Study Tour 2016 | Student Reflection

by Jeremy Hamilton-Arnold (M.A.R. ’16)


St. Nicholas' Church. Photo by Jeremy Hamilton-ArnoldI thought I was going to hate everyone.

That’s generally the way it goes when you go on a large group trip: lots of people with varied personalities, stuck together for two weeks of highly structured, nay, exhausting travel. But this study tour was different. Our group’s “stuck-togetherness” ebbed and flowed as the sights seen and sounds heard continued to refresh and inspire us all. For performances and presentations we gathered as one mass, absorbing and learning from our ever-changing Baltic environment. But we also had many opportunities to explore freely on our own. Together, this variety made for a very successful trip, allowing for many sublime encounters.


One of the most celestial of these encounters took place through the dense soporific fog of jet lag on the first night. Inside Tallinn’s world-famous 13th-century St. Nicholas’ Church we sat together in old wooden pews, awaiting Vox Clamantis. At the front end of the nave stood a forest of microphones and recording equipment. The concert would be broadcast live over Estonian public radio. Despite the modern technology, we were still enveloped by an otherwise medieval space. Unlike the elaborate massive cathedrals seen elsewhere throughout Europe, this church was modest and simple. Roughly cut blocks of stone and white paint towered above us. Before us, at the apse, stood a stunning gilt 15th-century high altar, open wide to share in elaborate detail grotesque martyrdoms. As one interested most in the visual arts, I had the urge to get up and take a closer look, to study the intricacies of each panel and discern a larger narrative. But the microphones and the soon-to-begin performance held me in my seat. We didn’t wait long. Soon, angelic soprano and alto voices softly pierced through the audience’s quiet murmuring. The sound of singing began to grow steadily louder and discernibly closer. Up both side aisles slowly marched Vox Clamantis, pouring out their arresting choral harmonies as they arrived at the spot where the transept meets the nave. The following hour felt like a dream, and not only because the whole of the ISM was constantly a knife’s edge away from sleep. Vox Clamantis’s performance was nothing short of soul-grabbing.


St. Herman's Church. Photo by Jeremy Hamilton-Arnold.Our tour of churches around the Finnish town of Espoo outside Helsinki, proved to be another stunning encounter for our group. We began our morning at what appeared from the outside to be a humble Orthodox chapel. This belied its contents. Immediately upon entering the church, we were greeted with an overwhelming visual cacophony. Boisterously colored icons filled every square inch of the small church’s walls. A close friend of mine came up to me to say with beautiful frustration, “I don’t know how to take a picture of this!” Of course, it was impossible to capture the image-laden walls sufficiently, let alone the feeling of being overwhelmed by so many color-rich depictions. Walking under and around these images seemed like pacing within a sacred comic book. The church was designed by Father Paul Hesse and dedicated to St. Herman of Alaska, a saint I had never heard of, but one nevertheless important to the complex story of Russian Orthodoxy’s spread.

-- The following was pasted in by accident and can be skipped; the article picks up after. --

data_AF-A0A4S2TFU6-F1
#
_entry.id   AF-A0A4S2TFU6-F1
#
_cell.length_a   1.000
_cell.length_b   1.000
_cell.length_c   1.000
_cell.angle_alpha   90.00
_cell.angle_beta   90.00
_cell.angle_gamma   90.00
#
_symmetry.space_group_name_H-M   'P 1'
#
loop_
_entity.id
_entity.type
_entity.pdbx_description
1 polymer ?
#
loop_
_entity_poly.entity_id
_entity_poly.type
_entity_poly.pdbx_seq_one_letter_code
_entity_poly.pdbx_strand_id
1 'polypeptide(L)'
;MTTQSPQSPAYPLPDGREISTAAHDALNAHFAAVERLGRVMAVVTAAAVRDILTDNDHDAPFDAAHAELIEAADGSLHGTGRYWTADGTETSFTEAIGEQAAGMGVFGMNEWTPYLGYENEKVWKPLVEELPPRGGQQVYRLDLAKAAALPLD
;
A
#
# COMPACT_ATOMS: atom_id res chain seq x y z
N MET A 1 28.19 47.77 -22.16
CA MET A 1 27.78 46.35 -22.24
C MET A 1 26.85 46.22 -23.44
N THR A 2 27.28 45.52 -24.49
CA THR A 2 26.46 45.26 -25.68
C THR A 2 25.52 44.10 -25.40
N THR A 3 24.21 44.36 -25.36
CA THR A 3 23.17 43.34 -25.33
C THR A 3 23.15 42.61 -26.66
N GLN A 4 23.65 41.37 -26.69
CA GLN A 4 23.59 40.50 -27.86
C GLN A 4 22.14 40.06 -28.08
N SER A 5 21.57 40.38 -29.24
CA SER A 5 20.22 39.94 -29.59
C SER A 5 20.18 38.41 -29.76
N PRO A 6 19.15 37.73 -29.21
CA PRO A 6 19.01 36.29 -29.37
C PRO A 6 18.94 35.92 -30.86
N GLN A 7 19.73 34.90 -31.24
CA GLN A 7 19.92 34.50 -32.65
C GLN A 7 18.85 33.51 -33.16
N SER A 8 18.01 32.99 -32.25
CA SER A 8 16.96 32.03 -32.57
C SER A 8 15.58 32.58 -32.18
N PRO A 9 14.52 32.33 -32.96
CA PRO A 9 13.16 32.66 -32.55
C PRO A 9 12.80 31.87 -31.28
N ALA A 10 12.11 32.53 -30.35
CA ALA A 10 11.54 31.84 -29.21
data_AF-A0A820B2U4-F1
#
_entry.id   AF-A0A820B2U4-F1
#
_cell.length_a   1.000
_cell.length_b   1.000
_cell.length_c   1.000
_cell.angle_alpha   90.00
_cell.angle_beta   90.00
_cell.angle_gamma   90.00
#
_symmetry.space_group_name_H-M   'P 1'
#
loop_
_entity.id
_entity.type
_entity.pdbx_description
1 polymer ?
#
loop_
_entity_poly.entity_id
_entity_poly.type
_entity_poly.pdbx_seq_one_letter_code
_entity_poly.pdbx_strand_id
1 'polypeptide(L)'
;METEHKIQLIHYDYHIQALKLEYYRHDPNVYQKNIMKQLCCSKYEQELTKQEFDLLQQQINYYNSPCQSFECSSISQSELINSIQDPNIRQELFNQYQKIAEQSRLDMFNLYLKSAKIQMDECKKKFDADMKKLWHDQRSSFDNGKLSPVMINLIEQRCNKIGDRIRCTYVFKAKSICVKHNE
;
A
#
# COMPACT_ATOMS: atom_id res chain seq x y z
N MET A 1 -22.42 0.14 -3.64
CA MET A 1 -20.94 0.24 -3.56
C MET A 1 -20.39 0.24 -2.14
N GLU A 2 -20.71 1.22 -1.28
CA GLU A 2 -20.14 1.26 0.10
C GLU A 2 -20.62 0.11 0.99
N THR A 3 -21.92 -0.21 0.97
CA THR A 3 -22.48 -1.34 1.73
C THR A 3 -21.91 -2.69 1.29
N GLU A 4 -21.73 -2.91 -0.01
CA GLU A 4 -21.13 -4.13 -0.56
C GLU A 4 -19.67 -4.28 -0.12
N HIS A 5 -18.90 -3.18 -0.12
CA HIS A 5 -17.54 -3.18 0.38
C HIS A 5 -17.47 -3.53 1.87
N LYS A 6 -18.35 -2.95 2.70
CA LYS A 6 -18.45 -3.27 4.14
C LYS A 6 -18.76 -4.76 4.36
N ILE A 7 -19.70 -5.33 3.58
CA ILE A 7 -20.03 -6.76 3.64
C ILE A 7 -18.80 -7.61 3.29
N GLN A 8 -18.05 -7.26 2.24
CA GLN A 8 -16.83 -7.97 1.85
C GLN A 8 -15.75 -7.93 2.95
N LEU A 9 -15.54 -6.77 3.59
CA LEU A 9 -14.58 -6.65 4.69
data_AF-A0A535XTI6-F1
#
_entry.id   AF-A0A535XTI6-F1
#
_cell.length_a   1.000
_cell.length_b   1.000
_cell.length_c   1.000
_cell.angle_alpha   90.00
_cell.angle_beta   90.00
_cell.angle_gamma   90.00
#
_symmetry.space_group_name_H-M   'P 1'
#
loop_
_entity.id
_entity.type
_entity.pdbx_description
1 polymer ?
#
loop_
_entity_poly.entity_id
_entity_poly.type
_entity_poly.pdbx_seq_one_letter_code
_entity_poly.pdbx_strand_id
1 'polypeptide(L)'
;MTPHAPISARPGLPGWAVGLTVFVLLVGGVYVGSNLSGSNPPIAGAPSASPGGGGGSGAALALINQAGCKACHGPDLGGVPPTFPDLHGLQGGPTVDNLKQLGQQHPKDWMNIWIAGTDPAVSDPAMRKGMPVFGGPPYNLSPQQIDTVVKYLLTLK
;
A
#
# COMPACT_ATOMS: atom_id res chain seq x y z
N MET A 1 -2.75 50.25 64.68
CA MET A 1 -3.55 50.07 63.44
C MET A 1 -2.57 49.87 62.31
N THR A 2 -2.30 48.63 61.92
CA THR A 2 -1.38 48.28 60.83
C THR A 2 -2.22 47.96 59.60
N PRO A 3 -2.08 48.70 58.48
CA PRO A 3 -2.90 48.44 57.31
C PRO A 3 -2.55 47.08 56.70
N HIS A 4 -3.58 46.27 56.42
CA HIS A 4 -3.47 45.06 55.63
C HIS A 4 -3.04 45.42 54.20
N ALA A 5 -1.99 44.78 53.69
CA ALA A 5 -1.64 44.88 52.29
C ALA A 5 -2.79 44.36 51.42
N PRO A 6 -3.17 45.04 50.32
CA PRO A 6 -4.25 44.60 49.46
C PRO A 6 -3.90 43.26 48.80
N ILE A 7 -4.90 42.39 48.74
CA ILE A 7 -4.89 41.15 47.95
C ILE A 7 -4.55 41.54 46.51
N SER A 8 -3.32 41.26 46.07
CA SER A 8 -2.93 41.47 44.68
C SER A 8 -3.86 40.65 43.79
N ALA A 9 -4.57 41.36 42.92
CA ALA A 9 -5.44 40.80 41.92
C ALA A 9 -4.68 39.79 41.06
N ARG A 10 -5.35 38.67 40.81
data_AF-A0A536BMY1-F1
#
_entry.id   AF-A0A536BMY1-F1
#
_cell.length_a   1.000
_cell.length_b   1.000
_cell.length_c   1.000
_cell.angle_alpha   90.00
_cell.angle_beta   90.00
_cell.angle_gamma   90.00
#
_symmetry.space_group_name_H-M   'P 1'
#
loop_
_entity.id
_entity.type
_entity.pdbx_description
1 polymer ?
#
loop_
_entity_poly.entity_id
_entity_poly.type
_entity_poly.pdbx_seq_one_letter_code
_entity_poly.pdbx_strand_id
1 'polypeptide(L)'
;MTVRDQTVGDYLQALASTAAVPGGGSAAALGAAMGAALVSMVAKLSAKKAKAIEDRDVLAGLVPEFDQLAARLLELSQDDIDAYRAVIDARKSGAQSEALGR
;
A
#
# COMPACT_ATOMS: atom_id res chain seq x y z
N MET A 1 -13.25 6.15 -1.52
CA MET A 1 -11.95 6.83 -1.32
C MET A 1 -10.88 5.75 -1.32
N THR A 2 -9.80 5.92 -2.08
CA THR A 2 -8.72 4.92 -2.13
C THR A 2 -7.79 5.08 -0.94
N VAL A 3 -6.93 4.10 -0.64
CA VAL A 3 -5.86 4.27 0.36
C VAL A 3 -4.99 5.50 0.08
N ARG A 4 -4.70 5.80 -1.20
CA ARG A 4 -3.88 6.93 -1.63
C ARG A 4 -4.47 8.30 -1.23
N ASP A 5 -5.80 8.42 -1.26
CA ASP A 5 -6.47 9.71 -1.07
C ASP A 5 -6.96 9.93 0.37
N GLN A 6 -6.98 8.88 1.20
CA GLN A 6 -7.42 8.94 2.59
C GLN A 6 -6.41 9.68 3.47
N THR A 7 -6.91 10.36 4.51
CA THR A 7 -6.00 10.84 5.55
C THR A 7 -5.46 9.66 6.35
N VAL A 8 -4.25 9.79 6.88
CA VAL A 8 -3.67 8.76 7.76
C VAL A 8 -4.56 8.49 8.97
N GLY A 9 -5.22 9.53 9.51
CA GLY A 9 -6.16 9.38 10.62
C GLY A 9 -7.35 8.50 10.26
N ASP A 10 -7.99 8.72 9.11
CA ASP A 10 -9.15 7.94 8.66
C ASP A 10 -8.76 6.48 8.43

A mere ten-minute walk away from St. Herman’s stood Tapiola Church, a structure that appeared to be the polar opposite: a bit larger, and Lutheran, but more importantly, an exemplar of early Finnish Modernism. Tapiola is box-like, vast, and constructed of simple and obvious materials of somber earth-tones. This church felt nothing like the last, and the contrast was delicious. Architect Aaron Ruusuvuori’s design reminded me immediately of another more familiar building: the Yale University Art Gallery’s Louis Kahn building. Of course, this made sense. Louis Kahn’s building is Modernist, filled with angular geometry, and composed of natural and obvious materials. Not least, Kahn himself was born in Estonia.


Tapiola Church, Helsinki.  Photo by Jeremy Hamilton-Arnold.Such dramatic shifts in our encounters became emblematic of the trip. But perhaps the best shifting was the regular move between structured group events and time for individual exploration. This made for a more holistically complete study tour, allowing us space to thrive and enjoy learning as we do best. For me, this became most apparent in my own exploration of Helsinki’s Kiasma, the city’s home museum for contemporary art. We all had the option of visiting the site with a small group on a guided tour. I opted instead for a solo visit, and it was well worth it. The museum was small; in an hour and a half, I was able to see virtually everything I hoped to see. The works on view were fun, interesting, engaging, playful, and meaningful––created by a slew of artists from Finland and beyond. Ernesto Neto’s and Choi Jeong Hwa’s respective exhibitions were particularly enjoyable in their invitation for interaction. By exploring on my own, I felt refreshed and energized.


All of these experiences, and many others not mentioned here, made for a remarkable study tour—one that left me pining for a quick return.


And as you may have guessed, I left not hating everyone.